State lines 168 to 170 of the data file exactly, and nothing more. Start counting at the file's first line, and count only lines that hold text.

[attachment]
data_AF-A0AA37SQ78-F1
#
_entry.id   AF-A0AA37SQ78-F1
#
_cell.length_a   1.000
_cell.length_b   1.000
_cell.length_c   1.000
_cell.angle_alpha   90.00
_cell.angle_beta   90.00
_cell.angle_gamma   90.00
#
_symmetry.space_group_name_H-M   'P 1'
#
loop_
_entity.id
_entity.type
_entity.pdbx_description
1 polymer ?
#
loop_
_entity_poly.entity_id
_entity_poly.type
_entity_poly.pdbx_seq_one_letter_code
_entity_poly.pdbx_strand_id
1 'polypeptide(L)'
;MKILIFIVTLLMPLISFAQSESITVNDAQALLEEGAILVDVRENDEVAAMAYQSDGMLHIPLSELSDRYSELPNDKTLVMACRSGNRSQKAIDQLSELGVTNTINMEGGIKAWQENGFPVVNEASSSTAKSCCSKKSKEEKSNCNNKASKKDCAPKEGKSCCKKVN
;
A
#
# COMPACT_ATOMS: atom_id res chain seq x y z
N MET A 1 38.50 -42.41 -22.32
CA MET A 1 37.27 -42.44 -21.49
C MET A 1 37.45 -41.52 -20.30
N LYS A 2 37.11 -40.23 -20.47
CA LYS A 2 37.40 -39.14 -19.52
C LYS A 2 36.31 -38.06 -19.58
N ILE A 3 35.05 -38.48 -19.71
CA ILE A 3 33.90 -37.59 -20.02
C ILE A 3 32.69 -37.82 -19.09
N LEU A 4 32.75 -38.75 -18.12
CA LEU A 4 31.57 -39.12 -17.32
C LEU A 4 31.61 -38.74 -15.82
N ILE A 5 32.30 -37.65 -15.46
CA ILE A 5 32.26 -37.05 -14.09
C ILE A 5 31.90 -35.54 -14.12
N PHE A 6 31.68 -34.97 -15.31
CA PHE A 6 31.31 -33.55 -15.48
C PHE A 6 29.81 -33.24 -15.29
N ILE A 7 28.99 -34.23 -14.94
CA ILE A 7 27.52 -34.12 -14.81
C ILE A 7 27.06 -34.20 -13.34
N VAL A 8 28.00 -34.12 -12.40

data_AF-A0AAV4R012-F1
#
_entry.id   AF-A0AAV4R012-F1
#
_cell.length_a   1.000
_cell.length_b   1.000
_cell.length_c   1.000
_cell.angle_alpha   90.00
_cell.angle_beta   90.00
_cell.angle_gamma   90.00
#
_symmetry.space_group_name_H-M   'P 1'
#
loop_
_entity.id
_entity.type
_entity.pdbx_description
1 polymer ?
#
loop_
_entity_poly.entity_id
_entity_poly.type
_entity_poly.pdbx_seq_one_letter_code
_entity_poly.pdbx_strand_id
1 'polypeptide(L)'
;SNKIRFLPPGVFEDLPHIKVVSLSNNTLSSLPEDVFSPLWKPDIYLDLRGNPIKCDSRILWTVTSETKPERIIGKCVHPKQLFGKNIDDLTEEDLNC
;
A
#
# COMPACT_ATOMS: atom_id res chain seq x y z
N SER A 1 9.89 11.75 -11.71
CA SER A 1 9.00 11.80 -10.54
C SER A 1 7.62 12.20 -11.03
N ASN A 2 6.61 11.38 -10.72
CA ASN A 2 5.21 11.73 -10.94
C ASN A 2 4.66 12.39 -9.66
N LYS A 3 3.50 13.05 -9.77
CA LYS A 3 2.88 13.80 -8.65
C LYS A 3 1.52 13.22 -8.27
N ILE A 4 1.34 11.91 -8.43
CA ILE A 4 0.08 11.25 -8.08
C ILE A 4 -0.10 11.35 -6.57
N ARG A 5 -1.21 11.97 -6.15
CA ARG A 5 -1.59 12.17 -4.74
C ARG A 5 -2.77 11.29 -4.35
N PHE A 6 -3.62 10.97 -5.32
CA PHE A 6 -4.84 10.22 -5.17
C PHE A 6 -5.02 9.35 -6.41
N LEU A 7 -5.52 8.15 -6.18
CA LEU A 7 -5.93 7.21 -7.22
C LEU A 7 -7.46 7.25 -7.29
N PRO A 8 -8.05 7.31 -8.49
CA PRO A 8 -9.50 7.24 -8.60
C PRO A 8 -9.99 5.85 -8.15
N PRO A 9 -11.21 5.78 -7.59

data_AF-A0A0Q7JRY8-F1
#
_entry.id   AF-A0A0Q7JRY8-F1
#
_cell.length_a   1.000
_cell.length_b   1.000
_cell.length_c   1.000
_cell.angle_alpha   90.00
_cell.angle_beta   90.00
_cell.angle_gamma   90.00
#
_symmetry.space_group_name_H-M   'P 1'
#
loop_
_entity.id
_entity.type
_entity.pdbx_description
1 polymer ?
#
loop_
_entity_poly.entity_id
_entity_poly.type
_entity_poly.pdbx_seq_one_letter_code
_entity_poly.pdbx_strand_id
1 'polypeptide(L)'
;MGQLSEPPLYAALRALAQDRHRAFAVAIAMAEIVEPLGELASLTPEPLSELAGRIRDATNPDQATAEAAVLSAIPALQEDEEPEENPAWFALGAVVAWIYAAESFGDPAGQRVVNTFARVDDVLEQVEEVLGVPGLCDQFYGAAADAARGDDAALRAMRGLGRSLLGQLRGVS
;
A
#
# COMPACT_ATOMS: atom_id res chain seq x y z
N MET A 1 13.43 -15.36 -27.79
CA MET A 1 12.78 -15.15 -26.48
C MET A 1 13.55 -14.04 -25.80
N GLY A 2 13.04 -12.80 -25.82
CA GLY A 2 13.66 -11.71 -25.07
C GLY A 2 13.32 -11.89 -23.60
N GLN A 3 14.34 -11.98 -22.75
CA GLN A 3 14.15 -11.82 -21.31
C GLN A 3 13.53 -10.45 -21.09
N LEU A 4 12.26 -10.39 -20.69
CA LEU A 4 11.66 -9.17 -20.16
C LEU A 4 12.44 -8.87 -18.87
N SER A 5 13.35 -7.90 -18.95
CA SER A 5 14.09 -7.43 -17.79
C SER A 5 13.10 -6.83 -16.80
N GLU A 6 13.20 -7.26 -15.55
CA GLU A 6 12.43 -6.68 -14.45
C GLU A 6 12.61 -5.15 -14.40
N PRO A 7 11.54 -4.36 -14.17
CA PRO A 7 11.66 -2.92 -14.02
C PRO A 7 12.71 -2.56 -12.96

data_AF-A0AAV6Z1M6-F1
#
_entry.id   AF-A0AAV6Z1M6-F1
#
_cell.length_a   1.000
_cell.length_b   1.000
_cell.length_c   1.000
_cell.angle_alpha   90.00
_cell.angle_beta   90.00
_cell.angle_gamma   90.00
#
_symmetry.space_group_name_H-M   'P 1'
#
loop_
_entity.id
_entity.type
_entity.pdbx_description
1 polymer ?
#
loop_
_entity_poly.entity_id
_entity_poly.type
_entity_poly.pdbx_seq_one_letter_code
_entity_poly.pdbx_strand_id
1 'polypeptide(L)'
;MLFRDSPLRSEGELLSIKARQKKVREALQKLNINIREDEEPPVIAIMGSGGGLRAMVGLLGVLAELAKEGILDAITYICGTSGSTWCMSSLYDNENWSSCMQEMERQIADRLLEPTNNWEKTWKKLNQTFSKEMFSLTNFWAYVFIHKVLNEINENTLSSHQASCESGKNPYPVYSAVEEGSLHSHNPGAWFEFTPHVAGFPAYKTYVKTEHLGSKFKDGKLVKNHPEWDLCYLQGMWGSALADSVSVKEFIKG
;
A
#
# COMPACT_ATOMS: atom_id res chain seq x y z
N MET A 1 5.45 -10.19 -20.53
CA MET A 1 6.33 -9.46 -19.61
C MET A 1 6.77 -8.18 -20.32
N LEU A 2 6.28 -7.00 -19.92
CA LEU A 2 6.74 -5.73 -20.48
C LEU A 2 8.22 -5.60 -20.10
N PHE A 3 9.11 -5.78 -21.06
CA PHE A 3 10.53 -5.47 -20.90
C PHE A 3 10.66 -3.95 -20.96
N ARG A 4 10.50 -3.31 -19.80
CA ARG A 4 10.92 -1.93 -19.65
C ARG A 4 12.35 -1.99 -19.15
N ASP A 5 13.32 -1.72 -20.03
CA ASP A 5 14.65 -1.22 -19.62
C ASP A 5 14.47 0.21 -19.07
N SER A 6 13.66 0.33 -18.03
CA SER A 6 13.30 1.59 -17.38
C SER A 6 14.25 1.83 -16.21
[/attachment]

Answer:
_cell.angle_gamma   90.00
#
_symmetry.space_group_name_H-M   'P 1'